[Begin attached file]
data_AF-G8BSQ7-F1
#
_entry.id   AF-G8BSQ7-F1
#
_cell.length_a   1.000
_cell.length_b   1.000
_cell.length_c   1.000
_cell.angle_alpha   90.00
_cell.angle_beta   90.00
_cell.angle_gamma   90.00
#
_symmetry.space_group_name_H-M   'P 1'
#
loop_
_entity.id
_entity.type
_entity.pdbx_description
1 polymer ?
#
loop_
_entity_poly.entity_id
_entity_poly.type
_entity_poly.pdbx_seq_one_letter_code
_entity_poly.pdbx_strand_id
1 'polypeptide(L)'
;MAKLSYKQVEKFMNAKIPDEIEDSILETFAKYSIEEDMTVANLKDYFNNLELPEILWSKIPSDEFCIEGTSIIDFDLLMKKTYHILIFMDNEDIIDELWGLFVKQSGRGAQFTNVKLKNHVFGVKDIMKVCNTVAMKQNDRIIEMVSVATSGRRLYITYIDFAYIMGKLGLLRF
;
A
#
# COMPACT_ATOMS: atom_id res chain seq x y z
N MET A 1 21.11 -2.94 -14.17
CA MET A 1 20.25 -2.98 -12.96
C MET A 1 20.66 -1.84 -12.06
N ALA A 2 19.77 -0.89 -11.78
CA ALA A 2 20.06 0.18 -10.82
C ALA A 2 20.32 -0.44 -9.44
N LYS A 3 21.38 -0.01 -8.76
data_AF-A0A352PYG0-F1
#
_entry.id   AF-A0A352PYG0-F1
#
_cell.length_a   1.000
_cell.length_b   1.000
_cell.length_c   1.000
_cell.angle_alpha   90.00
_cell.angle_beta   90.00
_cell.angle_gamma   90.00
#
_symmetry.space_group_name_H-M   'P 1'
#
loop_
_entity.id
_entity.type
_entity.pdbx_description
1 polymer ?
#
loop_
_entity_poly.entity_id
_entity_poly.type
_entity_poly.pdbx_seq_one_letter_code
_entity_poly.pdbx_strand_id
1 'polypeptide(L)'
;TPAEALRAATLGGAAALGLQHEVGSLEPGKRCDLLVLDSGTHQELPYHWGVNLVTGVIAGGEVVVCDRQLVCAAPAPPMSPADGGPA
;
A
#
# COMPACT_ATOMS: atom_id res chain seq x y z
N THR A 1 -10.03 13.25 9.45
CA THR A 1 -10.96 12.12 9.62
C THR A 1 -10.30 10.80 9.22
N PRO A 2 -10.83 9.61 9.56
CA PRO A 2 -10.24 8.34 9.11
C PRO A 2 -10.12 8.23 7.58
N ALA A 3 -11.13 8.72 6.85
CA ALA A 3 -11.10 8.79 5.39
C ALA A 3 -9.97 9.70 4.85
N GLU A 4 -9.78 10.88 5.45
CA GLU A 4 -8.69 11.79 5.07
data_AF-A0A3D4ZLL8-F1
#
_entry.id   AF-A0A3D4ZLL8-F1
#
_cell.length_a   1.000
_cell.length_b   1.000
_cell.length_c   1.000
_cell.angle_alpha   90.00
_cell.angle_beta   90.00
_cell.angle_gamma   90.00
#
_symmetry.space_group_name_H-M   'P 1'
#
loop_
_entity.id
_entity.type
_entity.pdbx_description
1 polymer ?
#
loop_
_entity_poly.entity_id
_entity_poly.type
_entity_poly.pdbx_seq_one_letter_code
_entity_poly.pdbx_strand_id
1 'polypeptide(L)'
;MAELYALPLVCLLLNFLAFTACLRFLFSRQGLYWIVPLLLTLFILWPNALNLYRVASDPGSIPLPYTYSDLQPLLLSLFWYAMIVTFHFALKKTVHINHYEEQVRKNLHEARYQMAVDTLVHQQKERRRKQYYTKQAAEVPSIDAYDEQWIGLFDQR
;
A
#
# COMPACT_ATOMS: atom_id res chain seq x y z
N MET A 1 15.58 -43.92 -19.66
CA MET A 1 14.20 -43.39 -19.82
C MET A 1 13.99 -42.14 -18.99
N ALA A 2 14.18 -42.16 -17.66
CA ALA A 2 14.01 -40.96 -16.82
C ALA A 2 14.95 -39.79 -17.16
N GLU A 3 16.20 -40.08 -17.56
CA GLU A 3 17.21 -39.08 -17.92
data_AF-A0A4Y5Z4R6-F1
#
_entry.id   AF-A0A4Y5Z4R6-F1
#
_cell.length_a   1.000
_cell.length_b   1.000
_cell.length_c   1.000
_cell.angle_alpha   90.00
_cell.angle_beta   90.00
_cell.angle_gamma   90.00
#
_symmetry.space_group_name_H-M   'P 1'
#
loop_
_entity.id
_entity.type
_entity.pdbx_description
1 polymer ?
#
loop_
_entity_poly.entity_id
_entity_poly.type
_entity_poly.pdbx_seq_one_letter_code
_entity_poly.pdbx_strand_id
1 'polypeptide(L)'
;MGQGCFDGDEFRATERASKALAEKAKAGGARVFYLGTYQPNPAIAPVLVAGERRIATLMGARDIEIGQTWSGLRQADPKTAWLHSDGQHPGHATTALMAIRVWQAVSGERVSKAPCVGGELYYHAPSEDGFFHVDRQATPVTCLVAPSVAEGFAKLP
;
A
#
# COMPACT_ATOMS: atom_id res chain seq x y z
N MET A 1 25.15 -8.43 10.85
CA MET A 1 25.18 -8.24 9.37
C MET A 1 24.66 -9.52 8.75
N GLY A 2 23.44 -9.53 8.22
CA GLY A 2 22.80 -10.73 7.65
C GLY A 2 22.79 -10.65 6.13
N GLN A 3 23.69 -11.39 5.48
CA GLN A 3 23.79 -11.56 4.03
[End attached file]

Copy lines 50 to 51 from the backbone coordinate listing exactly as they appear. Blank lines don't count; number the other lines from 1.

#
loop_